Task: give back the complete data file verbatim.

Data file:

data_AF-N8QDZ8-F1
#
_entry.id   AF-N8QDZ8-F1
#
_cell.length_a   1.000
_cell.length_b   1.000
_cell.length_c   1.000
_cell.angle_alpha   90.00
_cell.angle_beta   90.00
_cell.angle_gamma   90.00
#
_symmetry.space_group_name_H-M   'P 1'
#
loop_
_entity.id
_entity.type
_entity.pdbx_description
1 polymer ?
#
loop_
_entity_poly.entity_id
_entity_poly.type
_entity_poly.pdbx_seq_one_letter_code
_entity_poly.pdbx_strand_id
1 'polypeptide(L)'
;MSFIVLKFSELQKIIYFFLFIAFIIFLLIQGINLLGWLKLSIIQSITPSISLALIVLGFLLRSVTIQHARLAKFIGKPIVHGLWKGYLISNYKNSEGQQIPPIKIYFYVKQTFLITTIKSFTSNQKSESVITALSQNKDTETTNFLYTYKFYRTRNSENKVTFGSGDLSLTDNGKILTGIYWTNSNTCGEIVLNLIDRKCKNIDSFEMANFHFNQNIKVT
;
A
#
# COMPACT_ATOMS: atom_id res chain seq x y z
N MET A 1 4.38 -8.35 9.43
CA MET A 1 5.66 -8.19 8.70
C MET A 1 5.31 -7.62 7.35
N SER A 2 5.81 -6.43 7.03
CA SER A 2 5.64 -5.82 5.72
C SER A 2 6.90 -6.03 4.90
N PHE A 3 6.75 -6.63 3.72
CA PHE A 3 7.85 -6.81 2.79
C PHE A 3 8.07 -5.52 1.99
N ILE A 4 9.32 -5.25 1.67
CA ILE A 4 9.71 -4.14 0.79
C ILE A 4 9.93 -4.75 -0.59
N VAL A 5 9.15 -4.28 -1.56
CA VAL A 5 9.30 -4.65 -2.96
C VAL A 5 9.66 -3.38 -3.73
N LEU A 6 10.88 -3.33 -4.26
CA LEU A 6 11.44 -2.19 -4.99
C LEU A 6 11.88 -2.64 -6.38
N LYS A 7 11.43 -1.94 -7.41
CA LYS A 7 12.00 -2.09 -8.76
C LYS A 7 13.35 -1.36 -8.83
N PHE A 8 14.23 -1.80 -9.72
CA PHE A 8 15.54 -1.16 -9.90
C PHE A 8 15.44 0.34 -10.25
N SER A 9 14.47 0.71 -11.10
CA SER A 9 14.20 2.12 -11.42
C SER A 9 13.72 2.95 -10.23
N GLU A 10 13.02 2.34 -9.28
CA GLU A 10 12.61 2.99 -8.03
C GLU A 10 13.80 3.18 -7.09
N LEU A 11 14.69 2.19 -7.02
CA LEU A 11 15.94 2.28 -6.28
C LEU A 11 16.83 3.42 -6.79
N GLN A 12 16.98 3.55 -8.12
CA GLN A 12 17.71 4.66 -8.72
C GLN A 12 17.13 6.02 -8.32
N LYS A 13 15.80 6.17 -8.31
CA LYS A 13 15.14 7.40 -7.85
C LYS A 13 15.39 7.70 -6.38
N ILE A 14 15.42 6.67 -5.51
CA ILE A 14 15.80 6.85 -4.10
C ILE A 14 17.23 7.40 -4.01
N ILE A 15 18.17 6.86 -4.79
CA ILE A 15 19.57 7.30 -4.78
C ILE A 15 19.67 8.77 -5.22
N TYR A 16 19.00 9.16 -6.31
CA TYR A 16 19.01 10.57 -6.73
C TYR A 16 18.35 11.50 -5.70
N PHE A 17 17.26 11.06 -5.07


data_AF-N8QDZ8-F1
#
_entry.id   AF-N8QDZ8-F1
#
_cell.length_a   1.000
_cell.length_b   1.000
_cell.length_c   1.000
_cell.angle_alpha   90.00
_cell.angle_beta   90.00
_cell.angle_gamma   90.00
#
_symmetry.space_group_name_H-M   'P 1'
#
loop_
_entity.id
_entity.type
_entity.pdbx_description
1 polymer ?
#
loop_
_entity_poly.entity_id
_entity_poly.type
_entity_poly.pdbx_seq_one_letter_code
_entity_poly.pdbx_strand_id
1 'polypeptide(L)'
;MSFIVLKFSELQKIIYFFLFIAFIIFLLIQGINLLGWLKLSIIQSITPSISLALIVLGFLLRSVTIQHARLAKFIGKPIVHGLWKGYLISNYKNSEGQQIPPIKIYFYVKQTFLITTIKSFTSNQKSESVITALSQNKDTETTNFLYTYKFYRTRNSENKVTFGSGDLSLTDNGKILTGIYWTNSNTCGEIVLNLIDRKCKNIDSFEMANFHFNQNIKVT
;
A
#
# COMPACT_ATOMS: atom_id res chain seq x y z
N MET A 1 4.38 -8.35 9.43
CA MET A 1 5.66 -8.19 8.70
C MET A 1 5.31 -7.62 7.35
N SER A 2 5.81 -6.43 7.03
CA SER A 2 5.64 -5.82 5.72
C SER A 2 6.90 -6.03 4.90
N PHE A 3 6.75 -6.63 3.72
CA PHE A 3 7.85 -6.81 2.79
C PHE A 3 8.07 -5.52 1.99
N ILE A 4 9.32 -5.25 1.67
CA ILE A 4 9.71 -4.14 0.79
C ILE A 4 9.93 -4.75 -0.59
N VAL A 5 9.15 -4.28 -1.56
CA VAL A 5 9.30 -4.65 -2.96
C VAL A 5 9.66 -3.38 -3.73
N LEU A 6 10.88 -3.33 -4.26
CA LEU A 6 11.44 -2.19 -4.99
C LEU A 6 11.88 -2.64 -6.38
N LYS A 7 11.43 -1.94 -7.41
CA LYS A 7 12.00 -2.09 -8.76
C LYS A 7 13.35 -1.36 -8.83
N PHE A 8 14.23 -1.80 -9.72
CA PHE A 8 15.54 -1.16 -9.90
C PHE A 8 15.44 0.34 -10.25
N SER A 9 14.47 0.71 -11.10
CA SER A 9 14.20 2.12 -11.42
C SER A 9 13.72 2.95 -10.23
N GLU A 10 13.02 2.34 -9.28
CA GLU A 10 12.61 2.99 -8.03
C GLU A 10 13.80 3.18 -7.09
N LEU A 11 14.69 2.19 -7.02
CA LEU A 11 15.94 2.28 -6.28
C LEU A 11 16.83 3.42 -6.79
N GLN A 12 16.98 3.55 -8.12
CA GLN A 12 17.71 4.66 -8.72
C GLN A 12 17.13 6.02 -8.32
N LYS A 13 15.80 6.17 -8.31
CA LYS A 13 15.14 7.40 -7.85
C LYS A 13 15.39 7.70 -6.38
N ILE A 14 15.42 6.67 -5.51
CA ILE A 14 15.80 6.85 -4.10
C ILE A 14 17.23 7.40 -4.01
N ILE A 15 18.17 6.86 -4.79
CA ILE A 15 19.57 7.30 -4.78
C ILE A 15 19.67 8.77 -5.22
N TYR A 16 19.00 9.16 -6.31
CA TYR A 16 19.01 10.57 -6.73
C TYR A 16 18.35 11.50 -5.70
N PHE A 17 17.26 11.06 -5.07